Syrian opposition and the Jabhat Fatah Al-Sham, formerly known as al-Nusra Front, keep receiving enforcements through the border with Turkey, Ilya Rogachev, the head of the Department for New Challenges and Threats (DNCT) at the Russian Foreign Ministry, said Friday.
“We see that the opposition in general and Jabhat Fatah Al-Sham in particular keep receiving enforcements through the Syrian-Turkish border… This and other issues create uncertainty in the relations with the Americans,” Rogachev told RIA Novosti.
He added that Jabhat Fatah Al-Sham, banned in Russia, is constantly maneuvering, takes in new opposition forces, and makes new coalitions to blend in with the so-called moderate opposition.
Russia-US Anti-Terror Dialogue Based on Telling Syrian Rebels, Extremists Apart
The Russia-US dialogue on countering terrorism is based on the issue of distinguishing between rebel forces and extremists in Syria, Rogachev said.
“Our cooperation with the US in the field of counterterrorism in relation to the situation in Syria is now tied to the situation in northern Syria and is primarily associated with a specific terrorist organization, which we are used to calling al-Nusra Front… and the problem of distinguishing it from the opposition,” the diplomat told RIA Novosti.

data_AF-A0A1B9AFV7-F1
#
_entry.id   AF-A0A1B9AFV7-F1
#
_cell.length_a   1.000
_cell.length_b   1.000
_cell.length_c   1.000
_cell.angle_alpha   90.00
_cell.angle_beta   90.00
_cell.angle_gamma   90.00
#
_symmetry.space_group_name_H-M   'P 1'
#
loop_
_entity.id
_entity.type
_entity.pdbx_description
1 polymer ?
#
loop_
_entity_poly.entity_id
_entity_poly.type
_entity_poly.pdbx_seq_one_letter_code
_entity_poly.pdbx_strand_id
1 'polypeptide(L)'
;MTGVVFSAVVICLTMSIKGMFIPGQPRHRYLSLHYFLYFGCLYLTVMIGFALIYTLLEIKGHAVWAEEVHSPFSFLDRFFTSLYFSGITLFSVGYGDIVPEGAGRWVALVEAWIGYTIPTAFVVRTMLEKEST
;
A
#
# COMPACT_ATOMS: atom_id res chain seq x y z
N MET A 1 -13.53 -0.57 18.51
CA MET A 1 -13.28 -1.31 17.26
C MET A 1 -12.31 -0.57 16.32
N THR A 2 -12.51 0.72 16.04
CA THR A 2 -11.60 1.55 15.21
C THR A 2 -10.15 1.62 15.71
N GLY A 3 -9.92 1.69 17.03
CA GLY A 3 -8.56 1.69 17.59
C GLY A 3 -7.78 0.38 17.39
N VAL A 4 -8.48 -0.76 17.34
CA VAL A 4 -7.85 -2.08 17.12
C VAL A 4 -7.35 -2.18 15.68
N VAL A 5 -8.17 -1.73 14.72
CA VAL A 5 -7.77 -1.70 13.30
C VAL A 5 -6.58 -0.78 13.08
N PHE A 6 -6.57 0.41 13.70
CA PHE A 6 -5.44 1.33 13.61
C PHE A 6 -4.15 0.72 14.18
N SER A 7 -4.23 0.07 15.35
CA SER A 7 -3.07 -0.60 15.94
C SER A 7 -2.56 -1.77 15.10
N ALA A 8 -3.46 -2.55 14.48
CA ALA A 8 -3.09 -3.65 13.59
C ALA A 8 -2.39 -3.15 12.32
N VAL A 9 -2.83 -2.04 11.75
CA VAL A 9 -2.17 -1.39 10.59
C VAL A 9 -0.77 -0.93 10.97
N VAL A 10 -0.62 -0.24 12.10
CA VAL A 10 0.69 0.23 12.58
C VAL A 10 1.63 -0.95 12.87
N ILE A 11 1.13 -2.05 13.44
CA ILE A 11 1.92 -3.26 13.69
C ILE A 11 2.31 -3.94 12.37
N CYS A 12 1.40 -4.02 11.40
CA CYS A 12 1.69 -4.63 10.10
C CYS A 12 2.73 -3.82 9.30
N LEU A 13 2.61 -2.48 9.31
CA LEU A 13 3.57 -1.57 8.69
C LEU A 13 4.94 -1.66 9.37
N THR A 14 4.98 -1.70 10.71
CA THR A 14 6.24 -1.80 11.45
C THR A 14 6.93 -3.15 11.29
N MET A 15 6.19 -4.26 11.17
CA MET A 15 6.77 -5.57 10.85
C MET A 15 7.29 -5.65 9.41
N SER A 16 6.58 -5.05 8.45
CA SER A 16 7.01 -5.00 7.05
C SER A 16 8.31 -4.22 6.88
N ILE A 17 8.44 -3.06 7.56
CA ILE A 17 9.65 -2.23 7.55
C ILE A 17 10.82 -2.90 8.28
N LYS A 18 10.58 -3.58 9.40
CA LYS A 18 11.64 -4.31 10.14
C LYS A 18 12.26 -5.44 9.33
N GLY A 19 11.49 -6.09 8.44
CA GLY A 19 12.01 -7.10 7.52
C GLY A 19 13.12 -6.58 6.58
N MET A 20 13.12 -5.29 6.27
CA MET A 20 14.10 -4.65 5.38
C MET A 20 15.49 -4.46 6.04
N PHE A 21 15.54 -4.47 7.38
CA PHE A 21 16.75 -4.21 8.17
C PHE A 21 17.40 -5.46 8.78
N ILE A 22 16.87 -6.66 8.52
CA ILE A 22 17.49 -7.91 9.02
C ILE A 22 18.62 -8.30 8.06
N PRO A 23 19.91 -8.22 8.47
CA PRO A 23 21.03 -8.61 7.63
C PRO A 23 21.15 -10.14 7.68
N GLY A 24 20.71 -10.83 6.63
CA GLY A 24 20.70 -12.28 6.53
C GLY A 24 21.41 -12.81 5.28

According to Rogachev, Russia’s US partners have long promised to separate the so-called moderate opposition groups from terrorists.
“And have not come to this yet,” he said.
Russia to Resume, Strengthen Counter-Terrorism Dialogue with Turkey
Russia will resume and strengthen its counter-terrorism dialogue with Turkey, the diplomat said.
“The political decisions have been made and we, of course, should, and we definitely will relaunch and then develop and strengthen counter-terrorism dialogue that we had with Turkey some time ago,” Rogachev told RIA Novosti.
“Obviously, we have certain expectations and hopes related to the soon relaunch of this dialogue, we hope that the Turkish side feels the same,” he added.
Syria has been mired in civil war since 2011, with government forces loyal to President Bashar Assad fighting numerous opposition factions and extremist groups. On February 27, a US-Russia brokered ceasefire came into force in Syria. Terrorist groups, which maintain a heavy presence in Aleppo, are not part of the deal, Sputnik reported.